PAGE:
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Biofuels Power China

In a major step forward for its carbon dioxide-cutting program, Unilever has launched a manufacturing process at its Hefei factory in China based on second-generation biofuels. Unlike the first-generation biofuels, the second generation uses non-edible plant residues and therefore does not compete with crops for food supply.

First active in China some 80 years ago, Unilever set up its manufacturing base for home and personal care products in Hefei in 2003, making it one of the biggest manufacturing sites for Unilever globally.

The business is now using straw as a source of fuel to produce laundry powder, reducing CO2 emissions by 15,000 tons annually (32% of total site emissions) at a considerably reduced cost to the business. The move further benefits the environment because it is no longer necessary to burn straw to produce a source of mineral replenishment for soil, which caused severe air pollution. Fortunately, the ash produced in the Hefei plant can also be used to replenish the soil – without the damage to air quality caused by burning.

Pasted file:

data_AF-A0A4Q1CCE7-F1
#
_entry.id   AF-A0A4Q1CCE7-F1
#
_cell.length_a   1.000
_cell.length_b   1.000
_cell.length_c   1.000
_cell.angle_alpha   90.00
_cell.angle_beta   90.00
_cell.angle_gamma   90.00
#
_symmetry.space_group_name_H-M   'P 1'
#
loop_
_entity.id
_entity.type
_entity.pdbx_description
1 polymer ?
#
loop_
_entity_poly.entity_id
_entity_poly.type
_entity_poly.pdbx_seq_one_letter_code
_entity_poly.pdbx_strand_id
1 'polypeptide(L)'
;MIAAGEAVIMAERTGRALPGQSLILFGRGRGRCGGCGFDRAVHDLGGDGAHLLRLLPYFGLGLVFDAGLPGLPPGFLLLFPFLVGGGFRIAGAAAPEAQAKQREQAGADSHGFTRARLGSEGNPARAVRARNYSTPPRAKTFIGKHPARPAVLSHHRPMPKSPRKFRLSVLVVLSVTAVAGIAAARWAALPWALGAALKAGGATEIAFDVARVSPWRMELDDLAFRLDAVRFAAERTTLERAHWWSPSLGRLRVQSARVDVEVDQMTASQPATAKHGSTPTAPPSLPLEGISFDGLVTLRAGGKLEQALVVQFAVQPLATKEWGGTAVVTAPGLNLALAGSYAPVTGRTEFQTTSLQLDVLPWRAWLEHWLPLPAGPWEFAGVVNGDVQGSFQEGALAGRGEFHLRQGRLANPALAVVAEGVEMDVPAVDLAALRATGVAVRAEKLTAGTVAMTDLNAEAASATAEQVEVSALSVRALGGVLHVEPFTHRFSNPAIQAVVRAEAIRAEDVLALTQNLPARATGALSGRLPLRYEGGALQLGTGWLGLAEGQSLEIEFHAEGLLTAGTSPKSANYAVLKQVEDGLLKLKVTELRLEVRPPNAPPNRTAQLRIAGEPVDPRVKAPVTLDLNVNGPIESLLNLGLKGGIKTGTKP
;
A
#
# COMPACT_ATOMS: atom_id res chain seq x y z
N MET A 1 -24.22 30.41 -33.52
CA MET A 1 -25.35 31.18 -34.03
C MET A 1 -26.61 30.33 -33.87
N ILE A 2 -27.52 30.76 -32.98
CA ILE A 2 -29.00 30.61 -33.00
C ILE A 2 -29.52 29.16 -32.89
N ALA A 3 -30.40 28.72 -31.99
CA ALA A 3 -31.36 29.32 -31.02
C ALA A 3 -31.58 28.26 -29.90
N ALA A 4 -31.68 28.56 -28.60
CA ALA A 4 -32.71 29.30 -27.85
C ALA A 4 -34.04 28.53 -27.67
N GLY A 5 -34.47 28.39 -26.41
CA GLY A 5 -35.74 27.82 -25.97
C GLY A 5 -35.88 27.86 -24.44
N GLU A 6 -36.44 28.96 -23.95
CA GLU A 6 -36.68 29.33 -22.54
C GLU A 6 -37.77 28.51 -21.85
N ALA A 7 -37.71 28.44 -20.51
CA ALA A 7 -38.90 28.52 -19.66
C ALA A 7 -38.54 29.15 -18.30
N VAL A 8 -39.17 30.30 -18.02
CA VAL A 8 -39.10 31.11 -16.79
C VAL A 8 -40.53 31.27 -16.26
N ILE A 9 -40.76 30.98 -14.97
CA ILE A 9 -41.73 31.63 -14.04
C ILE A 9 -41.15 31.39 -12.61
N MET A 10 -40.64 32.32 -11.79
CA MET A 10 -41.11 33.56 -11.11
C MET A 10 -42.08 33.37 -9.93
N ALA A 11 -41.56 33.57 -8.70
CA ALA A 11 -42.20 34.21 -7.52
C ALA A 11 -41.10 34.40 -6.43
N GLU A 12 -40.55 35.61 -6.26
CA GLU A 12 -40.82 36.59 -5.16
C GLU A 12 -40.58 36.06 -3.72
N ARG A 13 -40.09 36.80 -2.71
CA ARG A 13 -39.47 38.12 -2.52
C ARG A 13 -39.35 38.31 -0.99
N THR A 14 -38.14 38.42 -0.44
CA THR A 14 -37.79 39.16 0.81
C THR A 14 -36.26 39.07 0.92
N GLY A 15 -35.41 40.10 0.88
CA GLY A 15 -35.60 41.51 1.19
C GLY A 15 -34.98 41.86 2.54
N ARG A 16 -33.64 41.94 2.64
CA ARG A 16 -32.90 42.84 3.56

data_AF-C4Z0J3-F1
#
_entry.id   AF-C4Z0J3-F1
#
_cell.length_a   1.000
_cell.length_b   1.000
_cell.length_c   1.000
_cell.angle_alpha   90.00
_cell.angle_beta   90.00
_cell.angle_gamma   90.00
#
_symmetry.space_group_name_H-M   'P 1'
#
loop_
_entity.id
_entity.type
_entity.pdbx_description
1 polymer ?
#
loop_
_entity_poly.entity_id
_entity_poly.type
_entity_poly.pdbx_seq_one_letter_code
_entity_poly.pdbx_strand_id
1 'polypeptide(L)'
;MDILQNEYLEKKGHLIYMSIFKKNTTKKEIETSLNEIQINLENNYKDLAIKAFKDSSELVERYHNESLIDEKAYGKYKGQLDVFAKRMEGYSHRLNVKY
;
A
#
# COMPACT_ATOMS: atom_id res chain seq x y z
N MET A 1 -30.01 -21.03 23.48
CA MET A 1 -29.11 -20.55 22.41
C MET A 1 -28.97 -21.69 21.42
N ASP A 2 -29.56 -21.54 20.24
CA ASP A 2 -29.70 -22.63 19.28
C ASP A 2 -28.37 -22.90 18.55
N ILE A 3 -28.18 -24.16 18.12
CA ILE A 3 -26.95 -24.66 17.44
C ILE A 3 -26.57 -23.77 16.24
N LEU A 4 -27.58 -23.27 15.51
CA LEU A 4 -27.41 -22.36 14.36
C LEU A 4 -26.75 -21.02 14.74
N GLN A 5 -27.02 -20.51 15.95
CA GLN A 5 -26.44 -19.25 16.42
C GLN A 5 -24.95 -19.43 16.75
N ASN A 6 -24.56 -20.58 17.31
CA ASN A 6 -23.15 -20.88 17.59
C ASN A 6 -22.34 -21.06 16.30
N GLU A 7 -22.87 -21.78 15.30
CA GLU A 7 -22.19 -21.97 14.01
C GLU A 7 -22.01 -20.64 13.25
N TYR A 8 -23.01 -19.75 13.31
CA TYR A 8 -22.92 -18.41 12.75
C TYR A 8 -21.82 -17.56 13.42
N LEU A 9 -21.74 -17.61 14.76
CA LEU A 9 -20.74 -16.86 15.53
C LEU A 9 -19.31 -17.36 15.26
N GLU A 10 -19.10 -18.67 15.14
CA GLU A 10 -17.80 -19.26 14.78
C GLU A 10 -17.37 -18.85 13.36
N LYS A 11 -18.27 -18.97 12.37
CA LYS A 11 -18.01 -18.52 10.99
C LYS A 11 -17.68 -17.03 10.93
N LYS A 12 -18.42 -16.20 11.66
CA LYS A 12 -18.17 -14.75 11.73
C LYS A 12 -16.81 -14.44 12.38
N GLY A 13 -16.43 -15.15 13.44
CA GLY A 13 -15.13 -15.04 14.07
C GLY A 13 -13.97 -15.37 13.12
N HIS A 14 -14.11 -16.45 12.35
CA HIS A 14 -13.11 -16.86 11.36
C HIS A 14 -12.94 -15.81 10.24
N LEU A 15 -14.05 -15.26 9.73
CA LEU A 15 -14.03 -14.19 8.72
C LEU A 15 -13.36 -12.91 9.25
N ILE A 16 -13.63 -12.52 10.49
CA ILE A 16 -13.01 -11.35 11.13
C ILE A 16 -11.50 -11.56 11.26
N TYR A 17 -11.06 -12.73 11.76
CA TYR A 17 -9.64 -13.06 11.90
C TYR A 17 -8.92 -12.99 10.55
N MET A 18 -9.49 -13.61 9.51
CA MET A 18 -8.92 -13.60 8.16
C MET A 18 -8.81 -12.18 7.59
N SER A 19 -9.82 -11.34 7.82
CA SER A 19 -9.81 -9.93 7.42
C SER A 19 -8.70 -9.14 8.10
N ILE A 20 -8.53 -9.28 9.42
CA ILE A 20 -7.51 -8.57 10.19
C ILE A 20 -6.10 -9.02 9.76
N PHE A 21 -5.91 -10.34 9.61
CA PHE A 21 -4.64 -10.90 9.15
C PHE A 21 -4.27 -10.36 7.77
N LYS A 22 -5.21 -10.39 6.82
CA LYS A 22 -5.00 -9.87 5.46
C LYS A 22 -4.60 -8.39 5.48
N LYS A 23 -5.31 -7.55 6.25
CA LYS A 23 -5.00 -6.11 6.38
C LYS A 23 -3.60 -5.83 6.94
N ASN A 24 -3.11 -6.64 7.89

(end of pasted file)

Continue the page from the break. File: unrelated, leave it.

“China clearly faces serious environmental challenges, making our new biofuel-based process even more meaningful, in addition to helping our local farming community to find a new commercial outlet for their waste. A win-win for all,” says David Ingram, VP, Supply Chain, Greater China Group. China is not alone in implementing biofuels programs. In Sri Lanka, the business has unveiled a new biofuel-powered boiler that uses agricultural residues such as coconut shells and sawdust to generate steam for manufacturing processes.

In India, Hindustan Unilever (HUL) has been using biofuels in its Chiplun plant, in the Ratnagiri district, since 2006. Factories in Maharashtra and Pondicherry followed suit in 2007 and 2008 respectively – using biomass as fuel to generate steam. Plants in Kenya, Tanzania, Ghana and South Africa are also now using biofuels in their manufacturing processes.

As they do not compromise food supplies, second-generation biofuels are a prime example of Unilever’s commitment to renewable energies that deliver social and environmental benefits in the way they are sourced as well as in their eventual use. They will help Unilever boost its use of renewable energy, which currently stands at 17% of overall energy consumption.

Article originally published in the November 2010 edition of Sustain, the magazine of the World Business Council for Sustainable Development.

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